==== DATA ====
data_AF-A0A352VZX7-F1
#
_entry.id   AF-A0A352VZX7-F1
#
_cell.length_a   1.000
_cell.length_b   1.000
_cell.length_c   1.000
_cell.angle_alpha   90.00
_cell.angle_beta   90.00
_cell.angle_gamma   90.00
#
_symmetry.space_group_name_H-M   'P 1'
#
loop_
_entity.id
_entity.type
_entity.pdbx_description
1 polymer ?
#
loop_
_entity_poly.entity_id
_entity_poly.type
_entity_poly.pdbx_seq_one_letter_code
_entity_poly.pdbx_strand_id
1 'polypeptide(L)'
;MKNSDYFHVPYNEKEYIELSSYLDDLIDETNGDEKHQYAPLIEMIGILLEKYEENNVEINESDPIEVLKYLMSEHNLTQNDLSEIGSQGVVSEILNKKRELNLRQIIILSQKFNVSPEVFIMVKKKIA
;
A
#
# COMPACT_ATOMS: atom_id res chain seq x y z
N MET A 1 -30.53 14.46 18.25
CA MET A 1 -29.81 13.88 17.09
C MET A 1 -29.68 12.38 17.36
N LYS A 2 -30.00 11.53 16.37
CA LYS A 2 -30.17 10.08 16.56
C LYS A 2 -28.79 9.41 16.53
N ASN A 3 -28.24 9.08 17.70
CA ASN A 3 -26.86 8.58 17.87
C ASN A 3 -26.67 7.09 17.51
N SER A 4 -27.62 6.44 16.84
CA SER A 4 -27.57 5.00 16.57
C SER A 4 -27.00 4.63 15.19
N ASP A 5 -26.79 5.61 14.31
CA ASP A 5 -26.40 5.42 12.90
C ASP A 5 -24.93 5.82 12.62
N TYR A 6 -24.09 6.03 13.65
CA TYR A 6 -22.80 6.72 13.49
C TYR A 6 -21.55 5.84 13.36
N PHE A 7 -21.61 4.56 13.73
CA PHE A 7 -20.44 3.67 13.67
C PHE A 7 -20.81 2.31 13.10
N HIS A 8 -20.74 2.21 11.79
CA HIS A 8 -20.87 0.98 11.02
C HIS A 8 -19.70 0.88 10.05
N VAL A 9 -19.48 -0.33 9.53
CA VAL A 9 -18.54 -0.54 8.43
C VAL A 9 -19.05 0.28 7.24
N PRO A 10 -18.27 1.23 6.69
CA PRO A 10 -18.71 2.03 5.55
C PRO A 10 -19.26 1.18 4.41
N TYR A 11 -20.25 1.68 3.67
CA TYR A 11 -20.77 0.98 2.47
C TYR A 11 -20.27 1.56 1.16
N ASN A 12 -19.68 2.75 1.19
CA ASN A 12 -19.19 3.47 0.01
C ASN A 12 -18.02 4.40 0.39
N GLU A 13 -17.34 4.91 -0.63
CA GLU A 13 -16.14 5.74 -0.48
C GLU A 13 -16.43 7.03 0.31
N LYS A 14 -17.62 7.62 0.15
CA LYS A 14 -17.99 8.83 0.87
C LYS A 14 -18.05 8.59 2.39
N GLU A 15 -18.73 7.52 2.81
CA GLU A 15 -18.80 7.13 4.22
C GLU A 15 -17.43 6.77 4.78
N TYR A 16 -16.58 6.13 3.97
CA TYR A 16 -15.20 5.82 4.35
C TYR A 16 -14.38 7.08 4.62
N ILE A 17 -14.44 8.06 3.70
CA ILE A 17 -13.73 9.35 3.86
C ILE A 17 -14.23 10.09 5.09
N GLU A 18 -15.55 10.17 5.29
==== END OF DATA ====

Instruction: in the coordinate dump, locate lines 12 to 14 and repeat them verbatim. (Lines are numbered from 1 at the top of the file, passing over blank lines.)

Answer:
_symmetry.space_group_name_H-M   'P 1'
#
loop_